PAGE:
The Redbird trains were the 1,410 New York City Subway cars of the following types: R26, R28, R29, R33 Main Line (ML), R33 World's Fair (WF), R36 ML, and R36 WF. All were built by the American Car and Foundry Company and the St. Louis Car Company. These cars were painted a deep red to combat graffiti, which had become a major problem in the late 1970s and early 1980s. The deep red color was referred to as Gunn Red or "Broad Street Red" in honor of its originator David L. Gunn, the former SEPTA General Manager who became President of the New York City Transit Authority during this period. Initially entering service in various colors, these cars received the new paint scheme between 1984 and 1989. Sixteen R17s were also given this paint scheme in 1985/86, but were retired by 1988, well before the name "Redbird" caught on. Today, repurposed Redbird cars serve as garbage trains or rider cars on locomotive-hauled work trains, while others have been preserved by various museums.
These cars were built by two different manufacturers.
- American Car and Foundry built the R26 cars in 1959–1960 and the R28 cars in 1960–1961.
- St. Louis Car Company built the R29 cars in 1962, the R33 in 1962–1963, R33 World's Fair single cars in late 1963, and the R36 and R36 World's Fair in 1964.
Retirements and replacements
Most Redbirds were phased out from 2001 to 2003 and replaced by the new R142 and R142A cars. The final trip made by a train consisting of Redbirds was made on November 3, 2003 on the 7. 1,292 Redbirds have been sunk at sea off the coasts of Delaware (Redbird Reef), Georgia, New Jersey, South Carolina, and Virginia as artificial reefs to promote marine life, to serve as a barrier and to enhance recreational scuba diving by Weeks Marine Inc. An episode of CSI: NY titled "The Deep" used these cars as part of the story line, and even featured well-replicated underwater shots of mock ups of the cars. However, the show places them in New York City's East River.
Some Redbirds (R33s, R33WFs, and R36WFs) are used on the Train of Many Colors, which includes numerous historical subway cars in their original livery, all with contrasting colors. These cars are in the museum fleet. R33 9075 is on display at Queens Borough Hall in Kew Gardens, Queens. R28 pair 7926-7927 are preserved at the Illinois Railway Museum in Union, Illinois with trolley poles added for the ability to run on the museum's mainline. R33WF is at the Seashore Trolley Museum, also modified with trolley poles for operation at the site.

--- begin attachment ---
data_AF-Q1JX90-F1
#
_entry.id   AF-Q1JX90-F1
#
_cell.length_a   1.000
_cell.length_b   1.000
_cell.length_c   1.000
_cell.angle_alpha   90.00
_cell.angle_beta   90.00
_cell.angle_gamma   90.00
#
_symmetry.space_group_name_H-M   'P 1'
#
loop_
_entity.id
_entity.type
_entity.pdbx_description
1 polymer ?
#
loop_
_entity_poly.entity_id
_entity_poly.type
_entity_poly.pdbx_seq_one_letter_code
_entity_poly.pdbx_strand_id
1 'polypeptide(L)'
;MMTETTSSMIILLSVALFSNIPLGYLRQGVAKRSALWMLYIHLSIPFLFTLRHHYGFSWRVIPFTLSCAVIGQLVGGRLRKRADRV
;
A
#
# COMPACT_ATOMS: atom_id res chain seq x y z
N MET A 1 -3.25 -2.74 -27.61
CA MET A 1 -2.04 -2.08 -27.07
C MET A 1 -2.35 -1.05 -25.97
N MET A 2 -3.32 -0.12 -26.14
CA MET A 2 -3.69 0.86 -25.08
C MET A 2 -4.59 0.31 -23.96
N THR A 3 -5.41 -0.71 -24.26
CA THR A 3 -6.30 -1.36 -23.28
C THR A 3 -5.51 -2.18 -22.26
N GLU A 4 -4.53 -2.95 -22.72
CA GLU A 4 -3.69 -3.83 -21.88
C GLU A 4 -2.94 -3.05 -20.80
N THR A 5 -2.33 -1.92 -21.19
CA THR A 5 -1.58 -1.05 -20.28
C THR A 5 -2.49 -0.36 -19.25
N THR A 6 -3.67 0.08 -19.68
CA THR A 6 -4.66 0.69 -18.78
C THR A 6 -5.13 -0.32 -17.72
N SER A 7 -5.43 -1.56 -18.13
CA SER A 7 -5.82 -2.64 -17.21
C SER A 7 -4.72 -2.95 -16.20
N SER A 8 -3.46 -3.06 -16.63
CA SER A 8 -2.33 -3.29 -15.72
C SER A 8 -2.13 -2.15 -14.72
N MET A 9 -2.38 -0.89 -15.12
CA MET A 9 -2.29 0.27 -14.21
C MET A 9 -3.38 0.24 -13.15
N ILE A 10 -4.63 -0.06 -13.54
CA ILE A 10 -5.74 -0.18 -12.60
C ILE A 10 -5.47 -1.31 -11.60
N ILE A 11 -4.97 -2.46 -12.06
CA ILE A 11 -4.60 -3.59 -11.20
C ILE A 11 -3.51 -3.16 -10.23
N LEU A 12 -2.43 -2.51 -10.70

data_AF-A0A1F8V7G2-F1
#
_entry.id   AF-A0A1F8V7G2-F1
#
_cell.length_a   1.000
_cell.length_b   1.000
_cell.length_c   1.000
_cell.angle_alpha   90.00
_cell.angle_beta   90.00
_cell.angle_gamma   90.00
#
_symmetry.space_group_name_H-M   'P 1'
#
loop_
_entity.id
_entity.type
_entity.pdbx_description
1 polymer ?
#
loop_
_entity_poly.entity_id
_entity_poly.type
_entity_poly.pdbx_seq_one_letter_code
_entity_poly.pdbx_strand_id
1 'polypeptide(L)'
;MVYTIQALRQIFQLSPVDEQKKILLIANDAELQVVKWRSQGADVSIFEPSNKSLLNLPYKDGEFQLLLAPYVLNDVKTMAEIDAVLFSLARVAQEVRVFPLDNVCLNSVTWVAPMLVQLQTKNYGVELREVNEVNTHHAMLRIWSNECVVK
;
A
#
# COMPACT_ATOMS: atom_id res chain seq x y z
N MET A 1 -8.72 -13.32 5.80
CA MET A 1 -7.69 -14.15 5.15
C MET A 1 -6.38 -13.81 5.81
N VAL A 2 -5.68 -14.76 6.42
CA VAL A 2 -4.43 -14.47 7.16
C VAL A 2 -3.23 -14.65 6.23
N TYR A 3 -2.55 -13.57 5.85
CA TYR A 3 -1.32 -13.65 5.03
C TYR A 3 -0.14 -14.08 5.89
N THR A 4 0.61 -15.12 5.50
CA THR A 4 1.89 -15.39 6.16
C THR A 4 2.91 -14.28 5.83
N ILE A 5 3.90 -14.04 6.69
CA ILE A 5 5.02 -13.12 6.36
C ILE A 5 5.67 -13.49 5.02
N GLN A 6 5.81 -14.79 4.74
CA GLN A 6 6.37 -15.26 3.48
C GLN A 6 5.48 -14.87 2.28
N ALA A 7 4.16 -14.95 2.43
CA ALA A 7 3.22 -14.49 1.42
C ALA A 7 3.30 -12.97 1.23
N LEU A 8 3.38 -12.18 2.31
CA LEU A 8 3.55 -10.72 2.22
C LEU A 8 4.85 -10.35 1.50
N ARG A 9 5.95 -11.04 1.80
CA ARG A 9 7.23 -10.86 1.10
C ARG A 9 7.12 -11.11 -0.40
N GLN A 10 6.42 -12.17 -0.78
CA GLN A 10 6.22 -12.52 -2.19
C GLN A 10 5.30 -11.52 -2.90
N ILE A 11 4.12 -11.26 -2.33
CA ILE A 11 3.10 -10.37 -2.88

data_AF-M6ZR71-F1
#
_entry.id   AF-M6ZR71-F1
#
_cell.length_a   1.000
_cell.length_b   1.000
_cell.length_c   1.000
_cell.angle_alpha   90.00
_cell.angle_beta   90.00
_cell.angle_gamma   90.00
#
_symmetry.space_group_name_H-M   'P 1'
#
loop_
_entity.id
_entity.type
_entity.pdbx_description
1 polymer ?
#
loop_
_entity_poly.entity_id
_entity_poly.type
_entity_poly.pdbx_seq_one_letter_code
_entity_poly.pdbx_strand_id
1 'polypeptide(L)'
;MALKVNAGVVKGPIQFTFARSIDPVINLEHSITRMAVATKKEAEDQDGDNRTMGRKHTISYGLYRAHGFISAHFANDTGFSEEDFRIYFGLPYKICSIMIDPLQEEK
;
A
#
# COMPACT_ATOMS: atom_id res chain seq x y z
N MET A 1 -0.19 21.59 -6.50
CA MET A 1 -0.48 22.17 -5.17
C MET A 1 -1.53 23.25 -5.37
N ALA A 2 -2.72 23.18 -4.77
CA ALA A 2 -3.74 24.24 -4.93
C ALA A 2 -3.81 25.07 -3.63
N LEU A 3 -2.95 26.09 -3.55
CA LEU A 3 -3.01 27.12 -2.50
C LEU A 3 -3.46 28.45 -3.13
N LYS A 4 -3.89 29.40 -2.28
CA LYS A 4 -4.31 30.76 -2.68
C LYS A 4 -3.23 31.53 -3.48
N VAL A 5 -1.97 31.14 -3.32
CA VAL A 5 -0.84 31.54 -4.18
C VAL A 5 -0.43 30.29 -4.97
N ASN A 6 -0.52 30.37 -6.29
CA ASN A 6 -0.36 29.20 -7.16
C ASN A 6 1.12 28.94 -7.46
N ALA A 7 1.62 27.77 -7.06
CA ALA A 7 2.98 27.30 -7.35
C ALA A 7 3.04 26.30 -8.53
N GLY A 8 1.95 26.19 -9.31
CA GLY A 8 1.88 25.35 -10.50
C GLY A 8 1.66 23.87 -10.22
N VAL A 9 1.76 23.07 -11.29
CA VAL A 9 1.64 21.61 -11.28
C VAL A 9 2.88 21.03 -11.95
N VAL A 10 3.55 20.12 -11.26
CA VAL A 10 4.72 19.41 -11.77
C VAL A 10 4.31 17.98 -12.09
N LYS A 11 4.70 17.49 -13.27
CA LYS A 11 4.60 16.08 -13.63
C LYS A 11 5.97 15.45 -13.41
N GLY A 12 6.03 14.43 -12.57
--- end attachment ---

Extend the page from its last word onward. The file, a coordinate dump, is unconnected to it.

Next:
Other usage of Redbird name
- Some R27 and the rebuilt R30, R30A BMT/IND cars were often referred as the BMT Redbirds after they were painted Gunn Red during the late 1980s.
- The MBTA Red Line in Boston used the Redbird name starting in the late-1970s when that line's rolling stock was repainted into a largely red scheme. However, that usage of Redbird followed a tradition set with those fleet's prior paint schemes ("Bluebirds" for the 01400s, "Silverbirds" for the 01500s and 01600s).
The Train of Many Colors consists of multiple Redbird cars, some which were repainted into paint schemes the cars wore before the GOH.
Redbird trains for non-passenger service, taken in Junction Boulevard Station in December 2014
- "MTA Transit's Legendary Redbirds Make Final Trip" (Press release). Metropolitan Transportation Authority. November 3, 2003. Retrieved June 4, 2015.
- New York Times. "Refloating a Notion About Subways" by Jeremy Pearce. April 28, 2002.
- New York Times. "Growing Pains for a Deep-Sea Home Built of Subway Cars" by Ian Urbina. April 8, 2008.
- Media related to Redbirds at Wikimedia Commons